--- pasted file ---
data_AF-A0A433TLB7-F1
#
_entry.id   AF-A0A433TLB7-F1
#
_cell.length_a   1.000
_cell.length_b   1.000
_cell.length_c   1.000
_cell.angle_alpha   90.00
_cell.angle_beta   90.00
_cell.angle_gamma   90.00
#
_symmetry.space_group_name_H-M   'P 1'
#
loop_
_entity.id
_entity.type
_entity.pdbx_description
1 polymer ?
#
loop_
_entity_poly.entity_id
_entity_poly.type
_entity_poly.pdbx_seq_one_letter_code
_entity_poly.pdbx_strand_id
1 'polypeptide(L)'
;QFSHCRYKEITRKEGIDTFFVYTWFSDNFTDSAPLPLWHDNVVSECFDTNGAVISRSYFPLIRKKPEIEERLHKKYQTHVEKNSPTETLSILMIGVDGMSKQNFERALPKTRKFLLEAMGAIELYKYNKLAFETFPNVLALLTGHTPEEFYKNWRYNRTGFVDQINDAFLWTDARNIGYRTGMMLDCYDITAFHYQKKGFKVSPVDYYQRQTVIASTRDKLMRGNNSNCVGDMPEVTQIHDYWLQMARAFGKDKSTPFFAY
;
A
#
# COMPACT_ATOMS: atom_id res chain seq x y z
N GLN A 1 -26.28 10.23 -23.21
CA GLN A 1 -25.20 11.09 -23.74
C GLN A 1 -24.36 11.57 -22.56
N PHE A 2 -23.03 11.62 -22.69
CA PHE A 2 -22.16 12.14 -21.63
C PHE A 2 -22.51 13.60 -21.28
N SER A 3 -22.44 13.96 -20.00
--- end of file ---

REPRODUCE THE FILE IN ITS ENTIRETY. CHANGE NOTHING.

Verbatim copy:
data_AF-A0A433TLB7-F1
#
_entry.id   AF-A0A433TLB7-F1
#
_cell.length_a   1.000
_cell.length_b   1.000
_cell.length_c   1.000
_cell.angle_alpha   90.00
_cell.angle_beta   90.00
_cell.angle_gamma   90.00
#
_symmetry.space_group_name_H-M   'P 1'
#
loop_
_entity.id
_entity.type
_entity.pdbx_description
1 polymer ?
#
loop_
_entity_poly.entity_id
_entity_poly.type
_entity_poly.pdbx_seq_one_letter_code
_entity_poly.pdbx_strand_id
1 'polypeptide(L)'
;QFSHCRYKEITRKEGIDTFFVYTWFSDNFTDSAPLPLWHDNVVSECFDTNGAVISRSYFPLIRKKPEIEERLHKKYQTHVEKNSPTETLSILMIGVDGMSKQNFERALPKTRKFLLEAMGAIELYKYNKLAFETFPNVLALLTGHTPEEFYKNWRYNRTGFVDQINDAFLWTDARNIGYRTGMMLDCYDITAFHYQKKGFKVSPVDYYQRQTVIASTRDKLMRGNNSNCVGDMPEVTQIHDYWLQMARAFGKDKSTPFFAY
;
A
#
# COMPACT_ATOMS: atom_id res chain seq x y z
N GLN A 1 -26.28 10.23 -23.21
CA GLN A 1 -25.20 11.09 -23.74
C GLN A 1 -24.36 11.57 -22.56
N PHE A 2 -23.03 11.62 -22.69
CA PHE A 2 -22.16 12.14 -21.63
C PHE A 2 -22.51 13.60 -21.28
N SER A 3 -22.44 13.96 -20.00